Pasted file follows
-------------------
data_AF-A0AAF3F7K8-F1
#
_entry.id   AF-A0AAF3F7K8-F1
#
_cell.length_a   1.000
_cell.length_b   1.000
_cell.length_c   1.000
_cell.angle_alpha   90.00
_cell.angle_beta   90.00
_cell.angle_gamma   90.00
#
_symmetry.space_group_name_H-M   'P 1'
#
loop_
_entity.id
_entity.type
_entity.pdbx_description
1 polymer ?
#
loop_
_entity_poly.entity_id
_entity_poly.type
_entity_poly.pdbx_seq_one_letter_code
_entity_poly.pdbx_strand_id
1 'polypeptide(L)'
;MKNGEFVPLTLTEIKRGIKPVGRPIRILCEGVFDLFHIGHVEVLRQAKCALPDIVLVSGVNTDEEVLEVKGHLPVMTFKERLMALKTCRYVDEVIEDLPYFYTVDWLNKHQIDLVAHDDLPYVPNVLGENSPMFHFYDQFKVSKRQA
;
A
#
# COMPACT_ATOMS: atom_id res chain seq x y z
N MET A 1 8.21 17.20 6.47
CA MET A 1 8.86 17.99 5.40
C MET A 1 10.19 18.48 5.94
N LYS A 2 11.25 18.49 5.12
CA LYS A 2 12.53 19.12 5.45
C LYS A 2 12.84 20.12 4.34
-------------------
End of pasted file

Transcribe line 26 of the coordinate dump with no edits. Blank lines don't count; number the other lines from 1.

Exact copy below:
;MKNGEFVPLTLTEIKRGIKPVGRPIRILCEGVFDLFHIGHVEVLRQAKCALPDIVLVSGVNTDEEVLEVKGHLPVMTFKERLMALKTCRYVDEVIEDLPYFYTVDWLNKHQIDLVAHDDLPYVPNVLGENSPMFHFYDQFKVSKRQA